MacKenna

15. There is, however, one matter which we must on no account overlook - the effect of these teachings upon the hearers led by them into despising the world and all that is in it.

There are two theories as to the attainment of the End of life. The one proposes pleasure, bodily pleasure, as the term; the other pronounces for good and virtue, the desire of which comes from God and moves, by ways to be studied elsewhere, towards God.

Epicurus   denies a Providence and recommends pleasure and its enjoyment, all that is left to us: but the doctrine under discussion is still more wanton; it carps at Providence and the Lord of Providence; it scorns every law known to us; immemorial virtue and all restraint it makes into a laughing stock, lest any loveliness be seen on earth; it cuts at the root of all orderly living, and of the righteousness which, innate in the moral sense, is made perfect by thought and by self-discipline: all that would give us a noble human being is gone. What is left for them except where the pupil by his own character betters the teaching - comes to pleasure, self-seeking, the grudge of any share with one’s fellows, the pursuit of advantage.

Their error is that they know nothing good here: all they care for is something else to which they will at some future time apply themselves: yet, this world, to those that have known it once, must be the starting-point of the pursuit: arrived here from out of the divine nature, they must inaugurate their effort by some earthly correction. The understanding of beauty is not given except to a nature scorning the delight of the body, and those that have no part in well-doing can make no step towards the Supernal.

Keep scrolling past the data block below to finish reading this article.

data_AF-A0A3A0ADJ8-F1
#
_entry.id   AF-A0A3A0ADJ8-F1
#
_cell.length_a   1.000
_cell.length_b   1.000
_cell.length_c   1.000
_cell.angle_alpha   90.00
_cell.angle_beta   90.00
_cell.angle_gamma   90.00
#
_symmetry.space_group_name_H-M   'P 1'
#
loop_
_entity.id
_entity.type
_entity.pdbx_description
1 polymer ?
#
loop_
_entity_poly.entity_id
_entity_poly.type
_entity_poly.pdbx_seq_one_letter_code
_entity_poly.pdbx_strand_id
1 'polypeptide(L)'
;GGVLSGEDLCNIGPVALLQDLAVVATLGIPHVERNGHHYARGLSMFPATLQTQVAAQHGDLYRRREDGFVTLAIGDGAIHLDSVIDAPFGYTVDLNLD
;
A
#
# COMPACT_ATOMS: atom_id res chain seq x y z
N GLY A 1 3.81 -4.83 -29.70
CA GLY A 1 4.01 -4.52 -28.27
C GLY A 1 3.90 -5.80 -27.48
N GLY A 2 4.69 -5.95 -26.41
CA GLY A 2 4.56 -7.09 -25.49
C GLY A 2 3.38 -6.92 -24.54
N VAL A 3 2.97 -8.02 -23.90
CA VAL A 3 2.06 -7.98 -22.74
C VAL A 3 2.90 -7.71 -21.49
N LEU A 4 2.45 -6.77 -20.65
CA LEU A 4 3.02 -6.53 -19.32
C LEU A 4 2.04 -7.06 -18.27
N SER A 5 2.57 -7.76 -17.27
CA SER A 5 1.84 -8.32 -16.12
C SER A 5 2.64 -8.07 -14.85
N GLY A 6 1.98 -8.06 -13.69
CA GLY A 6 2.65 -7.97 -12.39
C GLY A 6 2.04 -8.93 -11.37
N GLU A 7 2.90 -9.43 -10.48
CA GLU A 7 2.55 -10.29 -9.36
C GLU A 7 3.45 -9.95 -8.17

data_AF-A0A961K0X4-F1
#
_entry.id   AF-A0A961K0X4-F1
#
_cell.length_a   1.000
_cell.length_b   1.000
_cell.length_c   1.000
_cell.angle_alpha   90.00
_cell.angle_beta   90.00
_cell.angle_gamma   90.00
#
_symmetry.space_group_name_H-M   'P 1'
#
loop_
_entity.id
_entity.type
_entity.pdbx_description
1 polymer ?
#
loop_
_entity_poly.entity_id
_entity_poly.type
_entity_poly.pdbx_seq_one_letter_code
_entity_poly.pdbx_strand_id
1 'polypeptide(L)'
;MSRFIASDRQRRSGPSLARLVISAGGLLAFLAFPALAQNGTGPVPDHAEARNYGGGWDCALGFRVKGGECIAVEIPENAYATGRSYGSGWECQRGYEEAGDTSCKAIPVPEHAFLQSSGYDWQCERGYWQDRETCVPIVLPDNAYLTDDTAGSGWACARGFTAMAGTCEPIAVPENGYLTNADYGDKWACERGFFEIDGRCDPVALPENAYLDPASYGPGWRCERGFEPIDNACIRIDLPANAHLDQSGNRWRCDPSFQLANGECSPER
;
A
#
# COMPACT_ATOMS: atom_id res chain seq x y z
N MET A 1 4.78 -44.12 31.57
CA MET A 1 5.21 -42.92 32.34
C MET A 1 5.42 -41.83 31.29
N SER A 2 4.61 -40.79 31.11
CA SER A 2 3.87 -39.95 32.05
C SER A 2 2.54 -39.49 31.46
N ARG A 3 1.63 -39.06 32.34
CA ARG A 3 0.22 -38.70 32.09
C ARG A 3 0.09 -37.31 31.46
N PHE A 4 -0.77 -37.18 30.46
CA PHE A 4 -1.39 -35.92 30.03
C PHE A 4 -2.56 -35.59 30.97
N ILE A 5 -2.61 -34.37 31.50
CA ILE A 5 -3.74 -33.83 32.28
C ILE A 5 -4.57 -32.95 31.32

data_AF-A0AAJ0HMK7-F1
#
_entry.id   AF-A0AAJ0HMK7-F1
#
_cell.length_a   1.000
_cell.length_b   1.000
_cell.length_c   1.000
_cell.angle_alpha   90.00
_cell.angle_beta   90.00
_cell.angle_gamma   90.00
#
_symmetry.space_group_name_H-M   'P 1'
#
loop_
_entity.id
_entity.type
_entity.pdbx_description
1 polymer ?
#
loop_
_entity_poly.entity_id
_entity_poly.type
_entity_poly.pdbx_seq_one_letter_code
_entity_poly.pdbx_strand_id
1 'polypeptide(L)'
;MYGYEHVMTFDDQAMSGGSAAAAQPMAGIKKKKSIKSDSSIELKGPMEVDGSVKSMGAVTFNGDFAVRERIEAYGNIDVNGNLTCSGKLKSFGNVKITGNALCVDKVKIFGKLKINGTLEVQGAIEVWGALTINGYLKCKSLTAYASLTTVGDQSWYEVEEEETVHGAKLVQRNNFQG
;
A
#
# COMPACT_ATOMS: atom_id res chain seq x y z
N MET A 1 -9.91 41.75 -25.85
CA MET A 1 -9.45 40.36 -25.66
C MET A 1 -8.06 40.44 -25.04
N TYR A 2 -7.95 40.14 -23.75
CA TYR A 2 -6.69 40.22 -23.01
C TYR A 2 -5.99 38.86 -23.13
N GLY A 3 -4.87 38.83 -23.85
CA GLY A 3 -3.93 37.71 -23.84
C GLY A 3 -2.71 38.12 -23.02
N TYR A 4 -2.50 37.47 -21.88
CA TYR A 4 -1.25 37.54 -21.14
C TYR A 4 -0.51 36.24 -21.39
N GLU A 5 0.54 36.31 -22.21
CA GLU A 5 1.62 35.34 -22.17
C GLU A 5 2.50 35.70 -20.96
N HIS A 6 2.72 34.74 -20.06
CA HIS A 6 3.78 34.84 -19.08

This school, in fact, is convicted by its neglect of all mention of virtue: any discussion of such matters is missing utterly: we are not told what virtue is or under what different kinds it appears; there is no word of all the numerous and noble reflections upon it that have come down to us from the ancients; we do not learn what constitutes it or how it is acquired, how the Soul is tended, how it is cleaned. For to say "Look to God" is not helpful without some instruction as to what this looking imports: it might very well be said that one can "look" and still sacrifice no pleasure, still be the slave of impulse, repeating the word God but held in the grip of every passion and making no effort to master any. Virtue, advancing towards the Term and, linked with thought, occupying a Soul makes God manifest: God on the lips, without a good conduct of life, is a word.